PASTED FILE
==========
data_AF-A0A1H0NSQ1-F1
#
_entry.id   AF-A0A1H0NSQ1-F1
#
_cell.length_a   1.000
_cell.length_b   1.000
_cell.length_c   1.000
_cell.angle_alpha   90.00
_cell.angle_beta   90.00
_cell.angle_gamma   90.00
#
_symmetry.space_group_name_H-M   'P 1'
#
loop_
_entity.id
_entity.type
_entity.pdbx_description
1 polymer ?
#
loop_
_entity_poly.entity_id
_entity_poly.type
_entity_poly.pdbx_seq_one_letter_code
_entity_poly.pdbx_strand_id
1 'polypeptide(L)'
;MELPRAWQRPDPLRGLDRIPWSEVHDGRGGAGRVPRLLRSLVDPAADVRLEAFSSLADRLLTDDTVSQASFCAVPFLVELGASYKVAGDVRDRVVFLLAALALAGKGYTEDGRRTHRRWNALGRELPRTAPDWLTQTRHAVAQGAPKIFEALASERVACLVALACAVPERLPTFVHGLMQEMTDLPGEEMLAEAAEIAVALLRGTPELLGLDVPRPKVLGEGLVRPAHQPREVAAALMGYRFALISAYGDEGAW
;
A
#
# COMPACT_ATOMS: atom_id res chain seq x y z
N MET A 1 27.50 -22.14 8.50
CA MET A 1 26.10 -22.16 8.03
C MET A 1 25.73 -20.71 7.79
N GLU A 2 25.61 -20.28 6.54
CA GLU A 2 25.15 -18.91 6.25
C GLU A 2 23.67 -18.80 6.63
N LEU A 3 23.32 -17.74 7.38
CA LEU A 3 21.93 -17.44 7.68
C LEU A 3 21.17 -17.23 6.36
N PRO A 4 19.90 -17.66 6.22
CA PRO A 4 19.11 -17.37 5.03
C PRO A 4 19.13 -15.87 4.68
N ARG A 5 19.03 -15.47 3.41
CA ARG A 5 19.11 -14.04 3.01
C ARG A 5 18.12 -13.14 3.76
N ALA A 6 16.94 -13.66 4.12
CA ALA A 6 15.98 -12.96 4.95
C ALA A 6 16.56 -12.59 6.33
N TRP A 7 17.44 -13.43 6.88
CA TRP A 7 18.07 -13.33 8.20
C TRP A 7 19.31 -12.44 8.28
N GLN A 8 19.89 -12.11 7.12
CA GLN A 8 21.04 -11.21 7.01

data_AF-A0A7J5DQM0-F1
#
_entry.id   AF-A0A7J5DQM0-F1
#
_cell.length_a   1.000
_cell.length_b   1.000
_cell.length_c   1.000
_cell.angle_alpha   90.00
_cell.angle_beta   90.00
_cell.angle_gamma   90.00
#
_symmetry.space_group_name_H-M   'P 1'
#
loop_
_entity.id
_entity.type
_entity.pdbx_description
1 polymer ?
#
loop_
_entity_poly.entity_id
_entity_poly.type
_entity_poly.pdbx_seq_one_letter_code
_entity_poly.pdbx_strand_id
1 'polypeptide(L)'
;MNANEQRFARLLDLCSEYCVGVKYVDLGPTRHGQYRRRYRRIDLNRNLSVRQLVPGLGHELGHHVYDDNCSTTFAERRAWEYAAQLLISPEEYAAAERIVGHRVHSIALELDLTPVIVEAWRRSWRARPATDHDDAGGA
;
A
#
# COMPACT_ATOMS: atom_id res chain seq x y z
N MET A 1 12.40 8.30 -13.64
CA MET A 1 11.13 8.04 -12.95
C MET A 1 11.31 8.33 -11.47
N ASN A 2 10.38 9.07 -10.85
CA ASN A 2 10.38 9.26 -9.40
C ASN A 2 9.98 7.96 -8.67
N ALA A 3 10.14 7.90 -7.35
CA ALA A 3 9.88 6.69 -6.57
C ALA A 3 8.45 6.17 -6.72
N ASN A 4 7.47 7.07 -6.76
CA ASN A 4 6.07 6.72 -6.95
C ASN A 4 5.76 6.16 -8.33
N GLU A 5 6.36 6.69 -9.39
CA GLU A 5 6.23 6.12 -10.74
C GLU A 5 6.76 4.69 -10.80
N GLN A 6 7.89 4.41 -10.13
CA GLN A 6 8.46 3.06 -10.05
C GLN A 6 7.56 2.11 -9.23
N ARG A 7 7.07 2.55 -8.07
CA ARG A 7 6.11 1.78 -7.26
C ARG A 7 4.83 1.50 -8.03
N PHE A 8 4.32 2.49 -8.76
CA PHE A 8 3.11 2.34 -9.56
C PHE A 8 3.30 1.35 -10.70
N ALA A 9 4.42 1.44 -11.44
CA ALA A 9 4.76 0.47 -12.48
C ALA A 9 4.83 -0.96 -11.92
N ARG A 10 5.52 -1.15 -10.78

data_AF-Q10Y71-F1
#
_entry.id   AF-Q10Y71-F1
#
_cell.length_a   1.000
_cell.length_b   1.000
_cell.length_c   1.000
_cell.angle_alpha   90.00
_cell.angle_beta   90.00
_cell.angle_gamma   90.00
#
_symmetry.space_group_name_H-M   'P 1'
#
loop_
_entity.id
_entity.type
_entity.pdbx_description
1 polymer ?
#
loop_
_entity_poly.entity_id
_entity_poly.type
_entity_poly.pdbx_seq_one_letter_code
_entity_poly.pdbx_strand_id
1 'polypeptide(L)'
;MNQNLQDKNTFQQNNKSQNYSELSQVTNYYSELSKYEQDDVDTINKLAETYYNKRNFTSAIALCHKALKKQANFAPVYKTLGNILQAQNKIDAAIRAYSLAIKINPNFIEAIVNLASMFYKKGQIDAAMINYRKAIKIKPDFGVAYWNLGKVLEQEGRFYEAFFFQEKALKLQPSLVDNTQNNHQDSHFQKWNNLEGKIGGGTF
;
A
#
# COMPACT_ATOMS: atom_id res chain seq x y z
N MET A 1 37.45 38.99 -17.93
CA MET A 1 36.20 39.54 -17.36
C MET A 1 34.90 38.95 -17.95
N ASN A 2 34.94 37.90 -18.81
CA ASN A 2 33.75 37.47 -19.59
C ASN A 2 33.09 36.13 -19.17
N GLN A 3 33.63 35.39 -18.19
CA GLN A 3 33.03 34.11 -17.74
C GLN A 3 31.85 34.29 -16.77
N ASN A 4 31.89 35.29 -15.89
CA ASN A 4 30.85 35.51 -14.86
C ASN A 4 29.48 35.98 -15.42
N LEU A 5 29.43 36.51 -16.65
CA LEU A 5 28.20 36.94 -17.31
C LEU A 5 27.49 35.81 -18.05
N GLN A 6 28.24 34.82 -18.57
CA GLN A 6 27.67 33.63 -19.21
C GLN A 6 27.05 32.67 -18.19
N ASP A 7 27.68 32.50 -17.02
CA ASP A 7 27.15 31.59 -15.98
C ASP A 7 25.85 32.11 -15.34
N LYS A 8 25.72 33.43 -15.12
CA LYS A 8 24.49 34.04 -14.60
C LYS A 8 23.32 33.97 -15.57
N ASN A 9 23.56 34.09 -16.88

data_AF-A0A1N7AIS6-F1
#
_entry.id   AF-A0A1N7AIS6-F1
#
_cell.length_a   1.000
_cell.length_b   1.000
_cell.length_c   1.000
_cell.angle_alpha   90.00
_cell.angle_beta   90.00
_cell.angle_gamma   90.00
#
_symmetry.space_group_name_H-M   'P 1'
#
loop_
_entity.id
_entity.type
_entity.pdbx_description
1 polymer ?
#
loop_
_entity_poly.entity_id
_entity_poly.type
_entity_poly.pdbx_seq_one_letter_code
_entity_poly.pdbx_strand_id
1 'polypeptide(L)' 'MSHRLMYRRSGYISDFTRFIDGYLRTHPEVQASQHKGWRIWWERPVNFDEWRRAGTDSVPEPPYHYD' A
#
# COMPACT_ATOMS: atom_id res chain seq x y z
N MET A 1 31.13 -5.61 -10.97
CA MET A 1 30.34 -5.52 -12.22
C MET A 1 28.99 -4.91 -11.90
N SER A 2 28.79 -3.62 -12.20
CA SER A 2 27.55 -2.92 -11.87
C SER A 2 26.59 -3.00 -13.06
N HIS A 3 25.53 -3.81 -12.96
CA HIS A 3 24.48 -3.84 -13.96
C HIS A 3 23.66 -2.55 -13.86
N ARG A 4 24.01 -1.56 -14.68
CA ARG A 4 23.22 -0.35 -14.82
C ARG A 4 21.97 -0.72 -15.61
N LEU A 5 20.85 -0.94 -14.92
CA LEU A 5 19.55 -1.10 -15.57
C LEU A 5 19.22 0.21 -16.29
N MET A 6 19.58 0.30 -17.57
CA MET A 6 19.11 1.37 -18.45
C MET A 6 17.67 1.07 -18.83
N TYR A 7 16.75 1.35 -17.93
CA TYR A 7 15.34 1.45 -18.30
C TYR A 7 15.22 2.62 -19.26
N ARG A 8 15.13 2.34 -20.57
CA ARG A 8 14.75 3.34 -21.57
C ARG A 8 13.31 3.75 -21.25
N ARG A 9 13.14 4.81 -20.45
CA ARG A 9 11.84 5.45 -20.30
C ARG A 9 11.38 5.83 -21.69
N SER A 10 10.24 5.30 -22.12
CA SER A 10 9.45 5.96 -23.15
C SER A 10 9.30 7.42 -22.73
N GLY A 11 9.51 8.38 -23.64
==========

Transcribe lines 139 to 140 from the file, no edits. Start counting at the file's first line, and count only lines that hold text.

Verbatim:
A
#